Transition Period in Commonwealth. Republic of the Philippines Polytechnic University of the Philippines
Quezon City Campus Philippine History
Chapter 8 (Commonwealth Period)
Transition Joan Daang BBTE 3-1 The Philippine Commonwealth Era | 1935–1946| >| | | Flag| Coat of arms| The Commonwealth of the Philippines was the historic predecessor to the present-day Republic of the Philippines. From 1935 to 1946 the Philippines existed as a commonwealth of the United States. That Commonwealth was created by the Tydings-McDuffie Act, which was passed by the United States Congress in 1934. When Manuel L.
Quezon was inaugurated president in 1935, he became the first Filipino to head a government of the Philippines. During it’s slightly more than a decade of existence; the Commonwealth had a strong executive and a Supreme Court. Its legislature, dominated by the Nacionalista Party, was at first unicameral, but later bicameral. In 1937, the government selected Tagalog, the dialect of Manila, as the official language, although it would be many years before its usage became general. Women’s suffrage was adopted and the economy recovered to its pre-depression level before the Japanese occupation.
The Commonwealth government was in exile from 1942 to 1945, when the Philippines was under Japanese occupation. In 1946, the Commonwealth ended and the Philippines became an independent Republic as provided for in Article XVIII of the 1935 Philippine Constitution. The Commonwealth era is the 10 year transitional period in Philippine history from 1935 to 1945 in preparation for independence from the United States as provided for under the Philippine Independence Act or more popularly known as the Tydings-McDuffie Law.
The Commonwealth era was interrupted when the Japanese occupied the Philippines in January 2, 1942. The Commonwealth government, lead by Manuel L. Quezon and Sergio S. Osmena went into exile in the U. S. , Quezon died of tuberculosis while in exile and Osmena took over as president. At the same time, the Japanese forces installed a puppet government in Manila headed by Jose P. Laurel as president. This government is known as the Second Philippine Republic. On October 20, 1944, the Allied forces led by Gen.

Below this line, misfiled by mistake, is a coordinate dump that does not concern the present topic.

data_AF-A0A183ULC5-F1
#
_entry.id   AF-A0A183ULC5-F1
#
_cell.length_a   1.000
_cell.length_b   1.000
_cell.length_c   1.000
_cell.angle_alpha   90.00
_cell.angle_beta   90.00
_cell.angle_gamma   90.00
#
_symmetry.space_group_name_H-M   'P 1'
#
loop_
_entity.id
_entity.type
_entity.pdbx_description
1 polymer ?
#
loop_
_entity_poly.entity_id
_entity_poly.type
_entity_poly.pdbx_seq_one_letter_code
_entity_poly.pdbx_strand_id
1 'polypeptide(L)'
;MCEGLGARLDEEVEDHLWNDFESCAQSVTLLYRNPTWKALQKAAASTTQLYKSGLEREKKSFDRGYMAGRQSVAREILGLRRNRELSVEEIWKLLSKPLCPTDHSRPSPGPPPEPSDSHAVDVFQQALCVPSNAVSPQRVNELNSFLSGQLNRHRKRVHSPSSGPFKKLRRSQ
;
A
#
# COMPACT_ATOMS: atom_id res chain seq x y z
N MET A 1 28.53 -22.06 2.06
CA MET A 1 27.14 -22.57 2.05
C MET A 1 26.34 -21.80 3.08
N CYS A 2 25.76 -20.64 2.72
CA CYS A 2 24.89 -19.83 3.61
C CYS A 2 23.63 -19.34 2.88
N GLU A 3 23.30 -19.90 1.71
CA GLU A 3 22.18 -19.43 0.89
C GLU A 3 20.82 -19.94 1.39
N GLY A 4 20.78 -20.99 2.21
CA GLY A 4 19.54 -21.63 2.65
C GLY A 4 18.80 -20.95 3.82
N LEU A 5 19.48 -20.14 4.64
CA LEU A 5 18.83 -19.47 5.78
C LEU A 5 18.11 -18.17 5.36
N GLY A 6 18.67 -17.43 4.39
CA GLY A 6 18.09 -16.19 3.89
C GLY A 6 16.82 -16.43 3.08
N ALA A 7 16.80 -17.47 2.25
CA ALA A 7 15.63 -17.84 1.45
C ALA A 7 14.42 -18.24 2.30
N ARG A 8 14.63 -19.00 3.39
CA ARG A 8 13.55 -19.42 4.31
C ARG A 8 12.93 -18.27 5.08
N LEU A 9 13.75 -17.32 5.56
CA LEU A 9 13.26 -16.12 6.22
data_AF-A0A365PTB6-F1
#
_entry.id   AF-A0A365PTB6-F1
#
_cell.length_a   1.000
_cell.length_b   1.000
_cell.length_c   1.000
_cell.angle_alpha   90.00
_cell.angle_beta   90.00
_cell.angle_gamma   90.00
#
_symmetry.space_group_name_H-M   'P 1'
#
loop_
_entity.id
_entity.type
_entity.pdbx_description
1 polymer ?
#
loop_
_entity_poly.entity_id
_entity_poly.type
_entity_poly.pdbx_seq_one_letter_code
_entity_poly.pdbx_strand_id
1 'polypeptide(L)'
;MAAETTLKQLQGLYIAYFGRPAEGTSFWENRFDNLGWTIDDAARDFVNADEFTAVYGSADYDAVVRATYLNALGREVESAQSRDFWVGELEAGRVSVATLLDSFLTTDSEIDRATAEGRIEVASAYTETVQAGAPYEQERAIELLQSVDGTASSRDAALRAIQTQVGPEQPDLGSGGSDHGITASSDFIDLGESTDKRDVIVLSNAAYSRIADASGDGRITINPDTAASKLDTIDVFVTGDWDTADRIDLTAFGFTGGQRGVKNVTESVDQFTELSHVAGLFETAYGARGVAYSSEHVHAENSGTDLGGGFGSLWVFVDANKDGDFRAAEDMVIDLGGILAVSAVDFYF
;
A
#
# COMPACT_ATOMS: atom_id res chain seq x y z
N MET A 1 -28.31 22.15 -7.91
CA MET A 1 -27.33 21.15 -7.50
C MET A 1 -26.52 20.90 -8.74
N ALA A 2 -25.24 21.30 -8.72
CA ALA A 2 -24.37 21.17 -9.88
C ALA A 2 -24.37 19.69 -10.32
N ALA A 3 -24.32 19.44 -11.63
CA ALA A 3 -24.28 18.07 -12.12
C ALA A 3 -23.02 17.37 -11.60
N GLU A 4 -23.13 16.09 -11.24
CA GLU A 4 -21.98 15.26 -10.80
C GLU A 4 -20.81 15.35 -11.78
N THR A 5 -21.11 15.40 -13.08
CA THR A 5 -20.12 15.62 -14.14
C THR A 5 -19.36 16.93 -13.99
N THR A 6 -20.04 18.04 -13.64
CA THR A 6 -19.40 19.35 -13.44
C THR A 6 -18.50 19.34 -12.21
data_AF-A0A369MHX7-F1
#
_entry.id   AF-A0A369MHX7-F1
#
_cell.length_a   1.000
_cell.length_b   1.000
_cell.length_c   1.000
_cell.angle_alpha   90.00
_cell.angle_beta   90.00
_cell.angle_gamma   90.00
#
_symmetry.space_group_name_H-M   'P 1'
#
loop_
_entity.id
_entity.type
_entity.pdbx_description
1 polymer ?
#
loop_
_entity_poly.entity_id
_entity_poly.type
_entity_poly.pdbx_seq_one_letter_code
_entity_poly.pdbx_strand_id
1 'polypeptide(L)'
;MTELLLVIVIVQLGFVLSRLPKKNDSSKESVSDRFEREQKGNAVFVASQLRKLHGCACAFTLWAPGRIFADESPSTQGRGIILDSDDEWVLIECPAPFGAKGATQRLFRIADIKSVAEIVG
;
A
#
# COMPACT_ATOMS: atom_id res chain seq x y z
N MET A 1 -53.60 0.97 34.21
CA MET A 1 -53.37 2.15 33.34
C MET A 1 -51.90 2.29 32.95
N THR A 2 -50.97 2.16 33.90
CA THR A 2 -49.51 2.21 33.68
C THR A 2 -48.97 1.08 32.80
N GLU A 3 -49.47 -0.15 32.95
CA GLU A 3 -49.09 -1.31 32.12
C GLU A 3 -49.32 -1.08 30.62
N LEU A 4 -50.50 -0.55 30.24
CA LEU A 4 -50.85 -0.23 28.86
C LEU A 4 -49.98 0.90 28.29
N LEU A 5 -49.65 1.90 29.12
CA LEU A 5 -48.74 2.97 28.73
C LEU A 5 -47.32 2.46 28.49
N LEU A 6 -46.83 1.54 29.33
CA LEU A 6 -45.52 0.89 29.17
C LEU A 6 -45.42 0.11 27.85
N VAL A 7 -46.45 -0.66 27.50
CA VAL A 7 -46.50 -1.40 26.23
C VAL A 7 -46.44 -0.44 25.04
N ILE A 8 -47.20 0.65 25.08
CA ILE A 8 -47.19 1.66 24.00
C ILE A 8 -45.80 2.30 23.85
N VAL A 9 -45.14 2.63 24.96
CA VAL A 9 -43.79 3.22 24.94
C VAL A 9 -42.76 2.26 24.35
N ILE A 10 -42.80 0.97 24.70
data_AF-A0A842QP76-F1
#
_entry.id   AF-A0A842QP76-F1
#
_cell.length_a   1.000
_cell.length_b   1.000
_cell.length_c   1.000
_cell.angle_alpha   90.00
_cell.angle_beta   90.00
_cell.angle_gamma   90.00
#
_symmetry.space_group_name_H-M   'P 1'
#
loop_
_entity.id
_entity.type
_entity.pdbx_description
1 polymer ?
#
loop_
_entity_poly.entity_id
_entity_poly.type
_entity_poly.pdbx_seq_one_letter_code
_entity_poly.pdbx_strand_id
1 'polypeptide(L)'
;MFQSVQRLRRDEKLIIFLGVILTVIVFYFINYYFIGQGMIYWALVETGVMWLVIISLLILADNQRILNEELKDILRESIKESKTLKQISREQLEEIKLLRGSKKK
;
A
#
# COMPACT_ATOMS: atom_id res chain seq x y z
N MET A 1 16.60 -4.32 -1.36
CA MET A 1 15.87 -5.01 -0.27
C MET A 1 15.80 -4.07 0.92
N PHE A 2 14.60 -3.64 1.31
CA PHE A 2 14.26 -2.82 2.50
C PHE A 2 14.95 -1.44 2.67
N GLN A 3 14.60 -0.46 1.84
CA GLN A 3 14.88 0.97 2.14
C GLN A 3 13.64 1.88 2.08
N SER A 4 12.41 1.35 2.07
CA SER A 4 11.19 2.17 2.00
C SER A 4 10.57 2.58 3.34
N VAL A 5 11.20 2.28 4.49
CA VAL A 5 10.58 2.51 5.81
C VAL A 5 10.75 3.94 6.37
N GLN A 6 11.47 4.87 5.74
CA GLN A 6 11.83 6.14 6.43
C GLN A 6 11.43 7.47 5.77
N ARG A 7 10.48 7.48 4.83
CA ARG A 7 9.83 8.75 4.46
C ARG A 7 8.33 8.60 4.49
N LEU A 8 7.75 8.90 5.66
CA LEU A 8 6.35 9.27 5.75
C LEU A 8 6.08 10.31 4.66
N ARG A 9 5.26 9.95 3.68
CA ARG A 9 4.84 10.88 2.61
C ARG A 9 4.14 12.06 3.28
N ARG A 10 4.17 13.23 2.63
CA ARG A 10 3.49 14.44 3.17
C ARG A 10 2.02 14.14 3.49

Douglas MacArthur landed on the island of Leyte to liberate the Philippines from the Japanese. Japan formally surrendered in September 2, 1945. After liberation, the Commonwealth government was restored. Congress convened in its first regular session on July 9, 1945. It was the first time the people’s representatives have assembled since their election on November 11, 1941. Manuel Roxas was elected Senate President, and Elpidio Quirino was chosen President Pro Tempore.
Jose Zulueta was speaker of the house, while Prospero Sanidad became speaker pro Tempore. The first law of this congress, enacted as commonwealth act 672, organized the central bank of the Philippines. The commonwealth deal also tackled the issue of collaboration. In September 1945 the counter intelligence corps presented the people who were accused of having collaborated with, or given aid to, the Japanese. Included were prominent Filipinos who had been active in the puppet government that the Japanese had been established. A People’s Court” was created to investigate and decide on the issue. Amidst this sad state of affairs, the third commonwealth elections were held on April 23, 1946. Sergio Osmena and Manuel Roxas vied for the Presidency. Roxas won thus becoming the last president of the Philippine Commonwealth. The Commonwealth era formally ended when the United States granted independence to the Philippines, as scheduled on July 4, 1946.

Transition Period in Commonwealth